Denel restructuring for efficiency, as it targets Southeast Asian markets

A Denel G-6 howitzer self-propelled artillery.

A Denel G-6 howitzer self-propelled artillery.

The restructuring of Denel which will be implemented by 1 April, will allow the company to be more efficient and better placed to meet the demands of the current marketplace, interim CEO William Hlakoane said on 28 March during the opening day of Defence Services Asia (DSA) 2022 in Kuala Lumpur, Malaysia.

Revitalized Denel is looking at making its presence known in the Southeast Asian market after its restructuring process is completed, William Hlakoane said to Shephard Media during the DSA.

In the new business model, the company’s divisions will be converted to smaller business units to improve cost-efficiency and agility to better cope with current market conditions.

‘Basically, we are reducing the number of divisions’ and ‘making them smaller’ into two divisions: engineering and manufacturing,” William Hlakoane explained.

The restructuring and new strategy would boost its position and ensure it continues to be a significant part of the international defence market, argued Hlakoane, despite Denel facing substantial challenges.

‘We want the market to know that we are not out of business and done for, we’re here and focused and we intend to continue being a major presence in the global defence industry with the full support of our shareholder, the South African government,’ he asserted.

With the restructuring in place, Denel will focus on building strong partnerships overseas with industrial JVs and providing Denel’s research, technology, and skills to countries wanting to develop indigenous products.

The new strategy would ensure that new and existing customers will enjoy substantial local industry partnerships and become part of Denel’s supply chain.

‘Of course, we will have to assess the economies of scale and viability in this — in some cases, it will be more efficient for certain components to be manufactured in South Africa — but as a whole, we are committed to giving as much work as possible to the client in regard to the procurement,’ he said.

Hlakoane claimed that Denel’s strengths lie not only in its wide range of technologies, capabilities, and products but also in its willingness to share and transfer intellectual property to its partners with the minimum possible restrictions.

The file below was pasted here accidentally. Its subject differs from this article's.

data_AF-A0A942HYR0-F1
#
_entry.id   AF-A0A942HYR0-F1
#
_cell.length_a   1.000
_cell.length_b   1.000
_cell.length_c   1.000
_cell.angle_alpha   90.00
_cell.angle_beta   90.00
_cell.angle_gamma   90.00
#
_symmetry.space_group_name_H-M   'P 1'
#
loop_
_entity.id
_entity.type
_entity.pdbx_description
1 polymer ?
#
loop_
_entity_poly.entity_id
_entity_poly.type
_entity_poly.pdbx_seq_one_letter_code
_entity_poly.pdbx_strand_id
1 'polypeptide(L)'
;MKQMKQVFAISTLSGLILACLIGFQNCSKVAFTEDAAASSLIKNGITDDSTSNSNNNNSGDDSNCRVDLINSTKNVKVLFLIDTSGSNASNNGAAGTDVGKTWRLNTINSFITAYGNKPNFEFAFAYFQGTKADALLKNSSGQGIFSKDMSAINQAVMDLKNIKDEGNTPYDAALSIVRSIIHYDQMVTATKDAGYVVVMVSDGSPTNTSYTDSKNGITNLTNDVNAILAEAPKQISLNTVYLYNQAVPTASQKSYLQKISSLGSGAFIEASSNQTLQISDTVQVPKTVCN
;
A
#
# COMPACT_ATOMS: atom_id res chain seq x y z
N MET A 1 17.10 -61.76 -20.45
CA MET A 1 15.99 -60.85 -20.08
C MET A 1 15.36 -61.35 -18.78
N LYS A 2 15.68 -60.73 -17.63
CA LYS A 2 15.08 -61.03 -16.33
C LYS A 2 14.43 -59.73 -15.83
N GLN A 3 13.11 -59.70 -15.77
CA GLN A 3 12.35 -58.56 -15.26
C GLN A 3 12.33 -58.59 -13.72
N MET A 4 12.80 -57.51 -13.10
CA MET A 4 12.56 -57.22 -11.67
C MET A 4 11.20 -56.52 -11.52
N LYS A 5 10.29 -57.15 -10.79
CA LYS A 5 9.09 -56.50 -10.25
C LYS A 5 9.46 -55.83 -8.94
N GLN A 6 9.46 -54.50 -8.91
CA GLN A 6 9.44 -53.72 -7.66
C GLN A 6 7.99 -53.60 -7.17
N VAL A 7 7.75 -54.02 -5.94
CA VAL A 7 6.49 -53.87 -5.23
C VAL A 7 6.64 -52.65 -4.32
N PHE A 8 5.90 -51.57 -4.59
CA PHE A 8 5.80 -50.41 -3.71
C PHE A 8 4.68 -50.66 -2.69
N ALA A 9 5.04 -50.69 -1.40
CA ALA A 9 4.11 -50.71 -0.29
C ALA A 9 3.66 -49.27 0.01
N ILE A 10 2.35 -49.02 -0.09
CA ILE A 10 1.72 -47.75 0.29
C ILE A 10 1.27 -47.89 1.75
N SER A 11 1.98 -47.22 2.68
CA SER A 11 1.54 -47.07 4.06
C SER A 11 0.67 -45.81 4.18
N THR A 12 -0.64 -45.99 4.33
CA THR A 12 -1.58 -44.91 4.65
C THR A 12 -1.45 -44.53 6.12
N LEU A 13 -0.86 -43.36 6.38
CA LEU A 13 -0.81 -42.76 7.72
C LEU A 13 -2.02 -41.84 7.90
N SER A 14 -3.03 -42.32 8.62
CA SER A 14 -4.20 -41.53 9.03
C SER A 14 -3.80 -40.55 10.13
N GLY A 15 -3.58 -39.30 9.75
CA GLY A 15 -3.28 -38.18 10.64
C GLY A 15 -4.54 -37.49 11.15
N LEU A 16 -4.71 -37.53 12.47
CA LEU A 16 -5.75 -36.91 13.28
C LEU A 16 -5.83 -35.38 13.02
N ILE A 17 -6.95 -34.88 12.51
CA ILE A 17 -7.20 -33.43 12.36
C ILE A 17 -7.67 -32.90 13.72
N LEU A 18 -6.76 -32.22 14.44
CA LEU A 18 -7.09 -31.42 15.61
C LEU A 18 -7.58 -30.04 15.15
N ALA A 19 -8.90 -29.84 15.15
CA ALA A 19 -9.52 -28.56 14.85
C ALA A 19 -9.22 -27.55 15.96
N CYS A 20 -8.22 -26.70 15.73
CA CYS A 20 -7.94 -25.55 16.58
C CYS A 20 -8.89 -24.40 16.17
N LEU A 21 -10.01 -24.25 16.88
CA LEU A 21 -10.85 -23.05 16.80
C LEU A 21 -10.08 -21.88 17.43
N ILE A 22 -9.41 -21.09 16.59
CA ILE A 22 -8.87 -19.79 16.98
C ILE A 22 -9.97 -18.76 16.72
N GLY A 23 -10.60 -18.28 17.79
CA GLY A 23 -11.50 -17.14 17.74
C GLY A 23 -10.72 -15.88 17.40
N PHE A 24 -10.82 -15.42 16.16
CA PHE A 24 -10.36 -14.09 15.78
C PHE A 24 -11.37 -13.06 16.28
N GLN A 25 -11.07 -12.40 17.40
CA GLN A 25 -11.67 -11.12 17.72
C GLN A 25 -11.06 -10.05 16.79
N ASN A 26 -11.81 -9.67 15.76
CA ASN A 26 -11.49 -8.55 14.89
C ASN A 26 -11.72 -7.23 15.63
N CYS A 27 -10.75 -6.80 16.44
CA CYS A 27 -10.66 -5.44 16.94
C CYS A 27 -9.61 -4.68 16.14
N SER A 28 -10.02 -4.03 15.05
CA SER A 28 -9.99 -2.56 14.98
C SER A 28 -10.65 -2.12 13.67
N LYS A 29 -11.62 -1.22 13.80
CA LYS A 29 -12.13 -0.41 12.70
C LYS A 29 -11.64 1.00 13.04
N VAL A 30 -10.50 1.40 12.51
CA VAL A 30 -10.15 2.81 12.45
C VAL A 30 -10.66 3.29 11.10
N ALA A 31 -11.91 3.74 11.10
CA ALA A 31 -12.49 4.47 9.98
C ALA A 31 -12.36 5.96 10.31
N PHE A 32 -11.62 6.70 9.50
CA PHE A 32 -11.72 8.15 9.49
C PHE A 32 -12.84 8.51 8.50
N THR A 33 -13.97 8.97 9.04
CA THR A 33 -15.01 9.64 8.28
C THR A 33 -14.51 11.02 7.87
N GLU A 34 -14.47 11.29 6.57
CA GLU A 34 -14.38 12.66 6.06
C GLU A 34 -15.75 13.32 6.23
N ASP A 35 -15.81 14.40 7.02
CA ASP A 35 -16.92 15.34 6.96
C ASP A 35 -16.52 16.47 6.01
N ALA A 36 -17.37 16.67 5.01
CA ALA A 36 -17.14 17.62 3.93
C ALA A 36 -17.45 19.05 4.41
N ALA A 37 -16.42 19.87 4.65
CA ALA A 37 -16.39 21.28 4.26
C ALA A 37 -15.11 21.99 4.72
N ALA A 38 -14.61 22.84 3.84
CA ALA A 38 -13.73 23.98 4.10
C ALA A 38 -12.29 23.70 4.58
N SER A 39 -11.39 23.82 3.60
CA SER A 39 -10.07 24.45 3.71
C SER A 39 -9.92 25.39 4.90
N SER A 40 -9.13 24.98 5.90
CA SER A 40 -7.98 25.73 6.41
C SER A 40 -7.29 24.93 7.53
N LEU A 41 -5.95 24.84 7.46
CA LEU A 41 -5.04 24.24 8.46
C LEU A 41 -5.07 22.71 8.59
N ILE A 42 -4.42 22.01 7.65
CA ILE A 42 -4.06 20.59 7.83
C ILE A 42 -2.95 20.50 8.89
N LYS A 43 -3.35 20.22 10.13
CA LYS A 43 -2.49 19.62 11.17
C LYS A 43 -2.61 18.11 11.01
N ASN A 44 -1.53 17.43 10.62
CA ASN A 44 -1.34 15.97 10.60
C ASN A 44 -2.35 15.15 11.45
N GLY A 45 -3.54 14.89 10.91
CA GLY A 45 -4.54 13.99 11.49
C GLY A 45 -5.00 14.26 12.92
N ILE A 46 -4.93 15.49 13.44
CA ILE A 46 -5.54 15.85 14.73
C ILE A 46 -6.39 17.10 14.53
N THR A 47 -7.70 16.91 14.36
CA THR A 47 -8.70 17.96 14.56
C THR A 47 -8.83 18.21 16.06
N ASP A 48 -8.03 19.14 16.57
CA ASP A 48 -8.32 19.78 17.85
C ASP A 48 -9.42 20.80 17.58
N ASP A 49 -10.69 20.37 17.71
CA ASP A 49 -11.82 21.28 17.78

At the defence exhibition, Denel signed a Memorandum of Understanding with Malaysia’s defence company Deftech to explore potential areas for collaboration particularly in training, logistics, maintenance, and support for the T5-52 howitzer which has many commonalities with Denel 155mm G-5 howitzers currently in use by the Malaysian Army.

In this regard, Denel is looking to expand and increase its partnerships not only with Malaysia but also with other countries in the region.

Hlakoane believes that the current geopolitical climate could also play out in Denel’s favor, as South Africa’s position as a non-aligned country may make it a more viable source for defence procurement as customers would be unaffected by issues affecting China, Russia, the US, and other Western nations.

Non-aligned states must cooperate to ensure that their defence development, defence procurement, and supply chain are independent and unaffected by great power competition, he added.

On the homeward side, Parliament’s Joint Standing Committee on Defence (JSCD) is concerned that South African defence technology development could grind to a halt if Denel shuts down.

Denel is technically insolvent and facing a litany of troubles including insufficient finances to meet operational requirements, such as the payment of salaries and suppliers, at the end of December 2021, Denel owed R789 million to employees and R900 million to suppliers, Public Enterprises Minister Pravin Gordhan revealed this to Parliament’s Joint Standing Committee on Defence (JSCD) on 24 February.

However, nearly R1 billion was recently made available to Denel to meet its various obligations such as paying taxes, as previous bailouts, from the government, have gone to servicing debt.

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